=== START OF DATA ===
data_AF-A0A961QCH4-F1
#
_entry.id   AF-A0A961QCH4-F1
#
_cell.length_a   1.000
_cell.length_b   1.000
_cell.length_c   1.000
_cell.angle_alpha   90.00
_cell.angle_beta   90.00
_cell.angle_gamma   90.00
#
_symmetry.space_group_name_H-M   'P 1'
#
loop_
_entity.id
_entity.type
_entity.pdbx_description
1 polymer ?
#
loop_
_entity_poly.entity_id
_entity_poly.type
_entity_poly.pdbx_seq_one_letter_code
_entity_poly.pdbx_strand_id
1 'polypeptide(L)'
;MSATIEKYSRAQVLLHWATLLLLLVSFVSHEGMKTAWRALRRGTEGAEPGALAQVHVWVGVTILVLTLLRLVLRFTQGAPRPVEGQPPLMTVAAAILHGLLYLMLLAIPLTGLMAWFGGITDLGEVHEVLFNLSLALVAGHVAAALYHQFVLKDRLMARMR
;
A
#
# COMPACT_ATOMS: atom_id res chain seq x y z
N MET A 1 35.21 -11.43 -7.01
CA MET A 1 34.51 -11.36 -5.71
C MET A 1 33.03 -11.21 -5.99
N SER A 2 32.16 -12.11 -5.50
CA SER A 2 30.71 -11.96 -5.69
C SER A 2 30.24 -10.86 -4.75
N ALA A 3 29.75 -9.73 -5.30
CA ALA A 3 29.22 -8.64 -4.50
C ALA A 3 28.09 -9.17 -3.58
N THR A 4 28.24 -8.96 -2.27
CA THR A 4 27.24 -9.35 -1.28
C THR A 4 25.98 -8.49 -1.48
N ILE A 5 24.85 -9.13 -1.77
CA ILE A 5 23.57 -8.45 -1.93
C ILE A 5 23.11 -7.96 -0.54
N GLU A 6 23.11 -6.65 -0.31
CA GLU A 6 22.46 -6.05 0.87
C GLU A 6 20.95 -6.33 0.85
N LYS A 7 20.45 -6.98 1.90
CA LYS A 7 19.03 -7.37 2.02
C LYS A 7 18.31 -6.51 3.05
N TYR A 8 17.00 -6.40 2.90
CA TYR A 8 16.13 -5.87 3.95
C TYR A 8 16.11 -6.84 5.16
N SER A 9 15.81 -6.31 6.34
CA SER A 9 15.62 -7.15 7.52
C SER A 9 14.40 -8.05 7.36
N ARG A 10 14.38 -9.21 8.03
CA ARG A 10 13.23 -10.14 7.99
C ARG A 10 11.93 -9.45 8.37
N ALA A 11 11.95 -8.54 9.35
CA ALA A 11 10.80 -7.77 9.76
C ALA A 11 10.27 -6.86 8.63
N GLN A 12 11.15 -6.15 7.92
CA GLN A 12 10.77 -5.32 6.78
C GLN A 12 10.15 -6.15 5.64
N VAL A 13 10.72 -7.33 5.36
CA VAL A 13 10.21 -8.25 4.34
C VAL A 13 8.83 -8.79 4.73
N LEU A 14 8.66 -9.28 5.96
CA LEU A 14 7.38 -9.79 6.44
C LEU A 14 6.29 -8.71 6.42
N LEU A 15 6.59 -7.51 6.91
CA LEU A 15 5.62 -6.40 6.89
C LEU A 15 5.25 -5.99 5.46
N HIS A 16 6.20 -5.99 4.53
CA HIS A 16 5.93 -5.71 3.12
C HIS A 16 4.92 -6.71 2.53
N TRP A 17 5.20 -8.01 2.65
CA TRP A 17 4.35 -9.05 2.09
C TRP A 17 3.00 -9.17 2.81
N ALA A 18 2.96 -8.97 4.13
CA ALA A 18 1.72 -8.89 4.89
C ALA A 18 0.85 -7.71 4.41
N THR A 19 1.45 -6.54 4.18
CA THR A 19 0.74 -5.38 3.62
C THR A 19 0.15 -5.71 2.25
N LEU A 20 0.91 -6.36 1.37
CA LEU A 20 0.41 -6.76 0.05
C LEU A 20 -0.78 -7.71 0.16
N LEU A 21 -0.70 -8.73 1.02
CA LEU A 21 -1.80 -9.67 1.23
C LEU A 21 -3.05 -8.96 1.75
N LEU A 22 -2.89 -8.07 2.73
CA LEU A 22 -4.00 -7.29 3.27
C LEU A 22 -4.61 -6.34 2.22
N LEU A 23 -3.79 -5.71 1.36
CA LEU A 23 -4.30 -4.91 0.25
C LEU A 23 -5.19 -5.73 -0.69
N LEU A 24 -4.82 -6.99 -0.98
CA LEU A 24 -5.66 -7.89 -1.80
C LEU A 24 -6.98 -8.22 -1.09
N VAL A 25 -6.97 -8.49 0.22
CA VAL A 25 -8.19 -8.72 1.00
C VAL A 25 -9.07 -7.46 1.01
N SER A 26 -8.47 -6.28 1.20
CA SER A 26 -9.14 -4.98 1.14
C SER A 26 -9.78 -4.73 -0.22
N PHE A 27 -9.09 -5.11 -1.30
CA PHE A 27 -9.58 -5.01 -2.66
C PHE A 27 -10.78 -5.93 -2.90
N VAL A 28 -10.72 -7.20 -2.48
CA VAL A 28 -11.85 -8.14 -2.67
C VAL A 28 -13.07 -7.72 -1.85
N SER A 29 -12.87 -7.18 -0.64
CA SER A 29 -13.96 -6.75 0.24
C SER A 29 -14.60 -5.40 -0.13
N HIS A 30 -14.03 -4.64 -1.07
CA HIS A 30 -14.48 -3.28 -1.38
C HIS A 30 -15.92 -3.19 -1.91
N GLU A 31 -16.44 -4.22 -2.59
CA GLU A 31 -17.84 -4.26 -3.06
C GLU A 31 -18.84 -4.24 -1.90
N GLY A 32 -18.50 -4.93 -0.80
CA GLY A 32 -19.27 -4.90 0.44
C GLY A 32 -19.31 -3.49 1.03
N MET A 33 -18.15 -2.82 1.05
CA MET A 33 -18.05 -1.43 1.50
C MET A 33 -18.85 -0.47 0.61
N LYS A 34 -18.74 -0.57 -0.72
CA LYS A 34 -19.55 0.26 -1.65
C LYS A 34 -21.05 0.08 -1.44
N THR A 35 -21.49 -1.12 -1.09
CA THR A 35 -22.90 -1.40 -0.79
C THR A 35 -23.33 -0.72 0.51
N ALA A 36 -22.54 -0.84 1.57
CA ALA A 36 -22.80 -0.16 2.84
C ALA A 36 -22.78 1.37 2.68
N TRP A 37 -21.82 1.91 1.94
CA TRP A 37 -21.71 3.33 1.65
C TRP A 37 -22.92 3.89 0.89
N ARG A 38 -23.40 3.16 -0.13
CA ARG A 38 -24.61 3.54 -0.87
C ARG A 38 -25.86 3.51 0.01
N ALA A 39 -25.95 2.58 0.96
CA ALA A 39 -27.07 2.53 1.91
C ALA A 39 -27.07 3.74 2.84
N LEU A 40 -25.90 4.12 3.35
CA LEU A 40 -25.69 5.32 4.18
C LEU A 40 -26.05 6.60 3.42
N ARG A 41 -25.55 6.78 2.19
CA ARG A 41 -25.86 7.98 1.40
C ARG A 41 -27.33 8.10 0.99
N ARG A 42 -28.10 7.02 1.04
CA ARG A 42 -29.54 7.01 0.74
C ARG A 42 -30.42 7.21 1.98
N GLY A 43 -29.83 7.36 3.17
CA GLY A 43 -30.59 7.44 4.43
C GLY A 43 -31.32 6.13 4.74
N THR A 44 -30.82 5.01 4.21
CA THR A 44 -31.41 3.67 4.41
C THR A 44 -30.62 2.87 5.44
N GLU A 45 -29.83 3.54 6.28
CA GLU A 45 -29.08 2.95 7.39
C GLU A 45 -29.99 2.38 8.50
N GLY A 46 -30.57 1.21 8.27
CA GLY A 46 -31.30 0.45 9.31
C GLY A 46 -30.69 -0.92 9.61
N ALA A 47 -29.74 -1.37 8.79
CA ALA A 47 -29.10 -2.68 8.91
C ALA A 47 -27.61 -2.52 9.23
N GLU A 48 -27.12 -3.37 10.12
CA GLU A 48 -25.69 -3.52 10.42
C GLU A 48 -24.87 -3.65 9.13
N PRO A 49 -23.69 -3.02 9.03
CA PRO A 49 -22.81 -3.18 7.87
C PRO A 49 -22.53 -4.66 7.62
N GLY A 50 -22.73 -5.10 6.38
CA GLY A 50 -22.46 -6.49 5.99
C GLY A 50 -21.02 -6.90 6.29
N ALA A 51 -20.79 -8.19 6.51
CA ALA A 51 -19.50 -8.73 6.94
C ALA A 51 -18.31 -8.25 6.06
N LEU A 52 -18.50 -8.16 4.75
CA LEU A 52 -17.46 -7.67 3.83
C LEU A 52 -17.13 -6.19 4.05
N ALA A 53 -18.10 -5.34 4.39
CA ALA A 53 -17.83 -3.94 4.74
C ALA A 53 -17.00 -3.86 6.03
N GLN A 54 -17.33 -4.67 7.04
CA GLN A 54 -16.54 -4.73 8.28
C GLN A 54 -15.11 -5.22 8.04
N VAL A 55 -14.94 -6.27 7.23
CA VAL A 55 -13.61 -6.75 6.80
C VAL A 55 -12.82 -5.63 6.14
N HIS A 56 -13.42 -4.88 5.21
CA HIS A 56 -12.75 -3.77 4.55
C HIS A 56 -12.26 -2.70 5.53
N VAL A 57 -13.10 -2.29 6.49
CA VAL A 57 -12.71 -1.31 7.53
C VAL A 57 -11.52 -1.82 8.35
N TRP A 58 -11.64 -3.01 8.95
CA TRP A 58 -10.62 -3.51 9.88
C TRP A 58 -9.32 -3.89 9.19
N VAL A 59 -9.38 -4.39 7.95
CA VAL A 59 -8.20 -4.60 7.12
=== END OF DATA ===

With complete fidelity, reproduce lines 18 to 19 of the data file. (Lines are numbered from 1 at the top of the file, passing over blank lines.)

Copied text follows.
1 polymer ?
#